photo © Cathy Williams/IRIN
The concept of a company renting the homeowner solar panels and providing all the maintenance for the system is not new in the United States. Such a model allows for the installation of solar power with little in the way of up-front costs and little risk for the individual.
Sunlabob Rural Energy Rents Out Solar PV Systems
Such a model is now being employed with success in Laos to bring a variety of solar products to a country where 74% of the population lives on less than $2 per day, and only 48% are connected to the electric grid. The Lao firm Sunlabob Rural Energy provides two different ways for rural people to access solar power where grid access is nonexistent and unlikely to be built in the future.
The first is through solar-powered lanterns that are rented out at rates that are competitive with the cost of the kerosene that previously powered their lanterns. When the lantern requires charging after 15 hours of use, it is returned to a central collection and charging facility.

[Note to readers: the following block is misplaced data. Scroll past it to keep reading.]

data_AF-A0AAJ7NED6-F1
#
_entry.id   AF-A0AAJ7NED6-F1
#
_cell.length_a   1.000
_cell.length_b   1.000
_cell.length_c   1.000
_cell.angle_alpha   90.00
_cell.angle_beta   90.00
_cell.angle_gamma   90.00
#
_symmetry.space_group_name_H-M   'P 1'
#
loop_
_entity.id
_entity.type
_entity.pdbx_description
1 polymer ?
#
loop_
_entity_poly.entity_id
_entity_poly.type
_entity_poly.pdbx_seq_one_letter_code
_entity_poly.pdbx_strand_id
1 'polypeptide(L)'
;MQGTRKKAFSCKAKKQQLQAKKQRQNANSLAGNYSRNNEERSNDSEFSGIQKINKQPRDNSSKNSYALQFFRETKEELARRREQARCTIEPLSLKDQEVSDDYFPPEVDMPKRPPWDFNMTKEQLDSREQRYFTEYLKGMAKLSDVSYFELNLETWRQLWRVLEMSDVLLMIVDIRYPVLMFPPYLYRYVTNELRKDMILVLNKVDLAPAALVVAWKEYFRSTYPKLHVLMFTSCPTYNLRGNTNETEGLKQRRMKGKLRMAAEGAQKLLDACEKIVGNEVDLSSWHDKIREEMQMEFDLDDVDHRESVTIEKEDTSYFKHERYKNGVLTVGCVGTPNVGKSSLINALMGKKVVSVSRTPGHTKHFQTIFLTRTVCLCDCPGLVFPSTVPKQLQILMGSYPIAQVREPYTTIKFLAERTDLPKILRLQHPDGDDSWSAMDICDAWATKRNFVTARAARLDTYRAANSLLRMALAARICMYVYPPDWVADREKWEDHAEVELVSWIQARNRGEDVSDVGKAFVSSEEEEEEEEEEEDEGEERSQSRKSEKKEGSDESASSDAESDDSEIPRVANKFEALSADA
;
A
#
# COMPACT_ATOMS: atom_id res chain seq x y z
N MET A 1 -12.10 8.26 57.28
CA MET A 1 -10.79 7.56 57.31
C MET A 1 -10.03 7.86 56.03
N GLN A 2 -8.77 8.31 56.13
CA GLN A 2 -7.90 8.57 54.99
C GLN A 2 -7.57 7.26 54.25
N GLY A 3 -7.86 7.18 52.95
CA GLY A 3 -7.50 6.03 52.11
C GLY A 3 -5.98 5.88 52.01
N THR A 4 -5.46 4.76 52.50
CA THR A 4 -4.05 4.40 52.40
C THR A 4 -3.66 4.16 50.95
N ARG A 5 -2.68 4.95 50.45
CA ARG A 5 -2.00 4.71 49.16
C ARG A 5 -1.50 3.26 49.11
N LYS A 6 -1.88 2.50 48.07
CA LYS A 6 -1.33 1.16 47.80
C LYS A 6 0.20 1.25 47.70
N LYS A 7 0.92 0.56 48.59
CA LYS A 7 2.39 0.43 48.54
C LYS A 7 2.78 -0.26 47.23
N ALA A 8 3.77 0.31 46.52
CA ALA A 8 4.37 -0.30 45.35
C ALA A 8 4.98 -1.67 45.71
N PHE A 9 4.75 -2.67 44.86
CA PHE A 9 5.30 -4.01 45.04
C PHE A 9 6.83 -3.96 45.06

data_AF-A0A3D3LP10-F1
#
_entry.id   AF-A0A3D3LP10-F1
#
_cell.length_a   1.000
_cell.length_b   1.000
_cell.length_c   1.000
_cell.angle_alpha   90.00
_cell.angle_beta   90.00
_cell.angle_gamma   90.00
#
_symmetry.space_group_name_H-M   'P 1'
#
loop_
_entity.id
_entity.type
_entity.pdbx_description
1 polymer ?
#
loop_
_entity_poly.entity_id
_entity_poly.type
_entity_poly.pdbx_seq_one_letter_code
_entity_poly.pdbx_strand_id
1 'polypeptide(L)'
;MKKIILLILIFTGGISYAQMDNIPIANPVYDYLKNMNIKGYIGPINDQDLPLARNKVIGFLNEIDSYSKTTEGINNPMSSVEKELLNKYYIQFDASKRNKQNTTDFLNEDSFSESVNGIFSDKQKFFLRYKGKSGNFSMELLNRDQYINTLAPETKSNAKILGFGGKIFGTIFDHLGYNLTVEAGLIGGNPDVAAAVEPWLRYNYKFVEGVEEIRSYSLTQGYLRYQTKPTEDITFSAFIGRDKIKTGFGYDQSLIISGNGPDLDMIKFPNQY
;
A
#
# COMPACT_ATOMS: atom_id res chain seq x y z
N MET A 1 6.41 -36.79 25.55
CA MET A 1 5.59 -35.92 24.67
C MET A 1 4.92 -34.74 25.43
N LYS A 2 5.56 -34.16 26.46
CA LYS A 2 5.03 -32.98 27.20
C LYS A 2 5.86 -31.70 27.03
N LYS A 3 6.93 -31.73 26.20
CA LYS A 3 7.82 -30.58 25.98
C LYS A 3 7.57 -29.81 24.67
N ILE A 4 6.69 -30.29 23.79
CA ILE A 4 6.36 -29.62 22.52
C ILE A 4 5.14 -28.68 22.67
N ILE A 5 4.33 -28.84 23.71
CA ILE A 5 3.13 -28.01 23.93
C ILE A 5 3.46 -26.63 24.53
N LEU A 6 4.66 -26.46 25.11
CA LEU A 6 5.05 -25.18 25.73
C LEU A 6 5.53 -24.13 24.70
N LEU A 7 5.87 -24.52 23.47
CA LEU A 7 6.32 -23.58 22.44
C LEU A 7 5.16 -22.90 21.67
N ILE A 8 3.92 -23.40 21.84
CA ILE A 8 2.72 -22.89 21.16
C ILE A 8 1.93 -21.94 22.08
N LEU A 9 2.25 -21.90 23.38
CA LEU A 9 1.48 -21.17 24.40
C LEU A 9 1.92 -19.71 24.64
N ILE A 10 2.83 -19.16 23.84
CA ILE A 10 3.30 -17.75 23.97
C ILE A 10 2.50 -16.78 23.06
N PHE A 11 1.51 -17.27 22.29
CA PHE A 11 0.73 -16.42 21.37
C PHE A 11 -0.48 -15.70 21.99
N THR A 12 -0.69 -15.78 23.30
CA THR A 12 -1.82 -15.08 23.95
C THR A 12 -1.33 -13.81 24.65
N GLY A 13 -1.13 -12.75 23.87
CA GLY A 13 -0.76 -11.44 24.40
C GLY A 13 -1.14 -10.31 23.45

Solar PV Systems
The second is similar to programs here in the United States: Sunlabob or one of its franchises rents out solar photovoltaic systems to village committees, which then sub-leases the systems to homeowners. A local person is trained to perform basic servicing, with Sunlabob providing additional technical support. All maintenance and installation costs are included in the price the village committee pays. If the system breaks down, all rental costs are suspended until a technician can repair the system.
So far, 500 solar lanterns and 1,800 solar PV systems have been rented out to 73 villages. The entire program relies entirely on rental costs to cover expenses, no outside subsidies are needed. In those areas of the world without reliable access to an electric grid, or where no grid is likely ever to be built, such a decentralized approach can bring the benefits of clean electric power to regions which would otherwise go without.
More on the Sunlabob solar rental program at :: IRIN Asia.
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